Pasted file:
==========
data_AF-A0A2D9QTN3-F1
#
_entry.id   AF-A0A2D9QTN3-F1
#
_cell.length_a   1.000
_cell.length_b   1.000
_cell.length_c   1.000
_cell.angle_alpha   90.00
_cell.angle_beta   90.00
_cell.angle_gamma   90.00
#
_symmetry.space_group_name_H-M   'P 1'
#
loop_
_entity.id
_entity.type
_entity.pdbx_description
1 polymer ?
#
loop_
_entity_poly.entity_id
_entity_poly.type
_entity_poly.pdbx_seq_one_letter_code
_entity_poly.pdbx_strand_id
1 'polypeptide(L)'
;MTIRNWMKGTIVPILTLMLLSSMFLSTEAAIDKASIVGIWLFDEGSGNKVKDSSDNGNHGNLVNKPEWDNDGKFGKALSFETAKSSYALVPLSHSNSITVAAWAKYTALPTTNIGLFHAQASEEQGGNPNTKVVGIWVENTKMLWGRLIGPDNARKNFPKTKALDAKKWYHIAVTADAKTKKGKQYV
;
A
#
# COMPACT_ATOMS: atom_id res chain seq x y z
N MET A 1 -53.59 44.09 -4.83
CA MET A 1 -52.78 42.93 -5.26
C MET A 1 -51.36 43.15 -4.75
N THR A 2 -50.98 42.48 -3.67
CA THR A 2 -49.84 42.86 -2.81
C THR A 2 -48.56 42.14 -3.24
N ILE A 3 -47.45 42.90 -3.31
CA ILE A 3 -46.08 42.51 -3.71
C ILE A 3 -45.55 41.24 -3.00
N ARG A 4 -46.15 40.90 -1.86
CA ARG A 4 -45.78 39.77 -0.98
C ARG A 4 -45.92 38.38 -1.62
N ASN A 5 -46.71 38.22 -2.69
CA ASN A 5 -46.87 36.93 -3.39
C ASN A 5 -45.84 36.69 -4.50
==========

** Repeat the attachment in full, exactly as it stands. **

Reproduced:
data_AF-A0A2D9QTN3-F1
#
_entry.id   AF-A0A2D9QTN3-F1
#
_cell.length_a   1.000
_cell.length_b   1.000
_cell.length_c   1.000
_cell.angle_alpha   90.00
_cell.angle_beta   90.00
_cell.angle_gamma   90.00
#
_symmetry.space_group_name_H-M   'P 1'
#
loop_
_entity.id
_entity.type
_entity.pdbx_description
1 polymer ?
#
loop_
_entity_poly.entity_id
_entity_poly.type
_entity_poly.pdbx_seq_one_letter_code
_entity_poly.pdbx_strand_id
1 'polypeptide(L)'
;MTIRNWMKGTIVPILTLMLLSSMFLSTEAAIDKASIVGIWLFDEGSGNKVKDSSDNGNHGNLVNKPEWDNDGKFGKALSFETAKSSYALVPLSHSNSITVAAWAKYTALPTTNIGLFHAQASEEQGGNPNTKVVGIWVENTKMLWGRLIGPDNARKNFPKTKALDAKKWYHIAVTADAKTKKGKQYV
;
A
#
# COMPACT_ATOMS: atom_id res chain seq x y z
N MET A 1 -53.59 44.09 -4.83
CA MET A 1 -52.78 42.93 -5.26
C MET A 1 -51.36 43.15 -4.75
N THR A 2 -50.98 42.48 -3.67
CA THR A 2 -49.84 42.86 -2.81
C THR A 2 -48.56 42.14 -3.24
N ILE A 3 -47.45 42.90 -3.31
CA ILE A 3 -46.08 42.51 -3.71
C ILE A 3 -45.55 41.24 -3.00
N ARG A 4 -46.15 40.90 -1.86
CA ARG A 4 -45.78 39.77 -0.98
C ARG A 4 -45.92 38.38 -1.62
N ASN A 5 -46.71 38.22 -2.69
CA ASN A 5 -46.87 36.93 -3.39
C ASN A 5 -45.84 36.69 -4.50